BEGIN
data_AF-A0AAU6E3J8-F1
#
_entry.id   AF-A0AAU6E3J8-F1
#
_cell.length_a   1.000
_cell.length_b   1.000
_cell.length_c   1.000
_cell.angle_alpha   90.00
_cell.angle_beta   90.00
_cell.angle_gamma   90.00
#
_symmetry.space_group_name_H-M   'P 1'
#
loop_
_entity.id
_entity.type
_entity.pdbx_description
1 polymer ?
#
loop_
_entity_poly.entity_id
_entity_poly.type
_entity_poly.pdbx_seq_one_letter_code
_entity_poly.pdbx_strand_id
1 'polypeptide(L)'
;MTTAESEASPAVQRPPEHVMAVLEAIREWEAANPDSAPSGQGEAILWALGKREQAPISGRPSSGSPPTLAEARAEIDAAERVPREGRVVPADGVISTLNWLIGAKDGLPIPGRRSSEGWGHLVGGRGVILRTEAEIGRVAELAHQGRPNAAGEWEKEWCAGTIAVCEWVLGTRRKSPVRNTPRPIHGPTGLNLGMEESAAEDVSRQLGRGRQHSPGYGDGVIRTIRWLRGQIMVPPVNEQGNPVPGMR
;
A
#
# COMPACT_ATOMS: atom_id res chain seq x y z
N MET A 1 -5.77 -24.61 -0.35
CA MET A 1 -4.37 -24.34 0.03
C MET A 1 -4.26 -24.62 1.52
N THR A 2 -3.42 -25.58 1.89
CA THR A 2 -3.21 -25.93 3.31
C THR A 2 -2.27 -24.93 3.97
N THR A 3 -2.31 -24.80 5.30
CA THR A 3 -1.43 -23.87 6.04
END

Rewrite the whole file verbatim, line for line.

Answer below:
data_AF-A0AAU6E3J8-F1
#
_entry.id   AF-A0AAU6E3J8-F1
#
_cell.length_a   1.000
_cell.length_b   1.000
_cell.length_c   1.000
_cell.angle_alpha   90.00
_cell.angle_beta   90.00
_cell.angle_gamma   90.00
#
_symmetry.space_group_name_H-M   'P 1'
#
loop_
_entity.id
_entity.type
_entity.pdbx_description
1 polymer ?
#
loop_
_entity_poly.entity_id
_entity_poly.type
_entity_poly.pdbx_seq_one_letter_code
_entity_poly.pdbx_strand_id
1 'polypeptide(L)'
;MTTAESEASPAVQRPPEHVMAVLEAIREWEAANPDSAPSGQGEAILWALGKREQAPISGRPSSGSPPTLAEARAEIDAAERVPREGRVVPADGVISTLNWLIGAKDGLPIPGRRSSEGWGHLVGGRGVILRTEAEIGRVAELAHQGRPNAAGEWEKEWCAGTIAVCEWVLGTRRKSPVRNTPRPIHGPTGLNLGMEESAAEDVSRQLGRGRQHSPGYGDGVIRTIRWLRGQIMVPPVNEQGNPVPGMR
;
A
#
# COMPACT_ATOMS: atom_id res chain seq x y z
N MET A 1 -5.77 -24.61 -0.35
CA MET A 1 -4.37 -24.34 0.03
C MET A 1 -4.26 -24.62 1.52
N THR A 2 -3.42 -25.58 1.89
CA THR A 2 -3.21 -25.93 3.31
C THR A 2 -2.27 -24.93 3.97
N THR A 3 -2.31 -24.80 5.30
CA THR A 3 -1.43 -23.87 6.04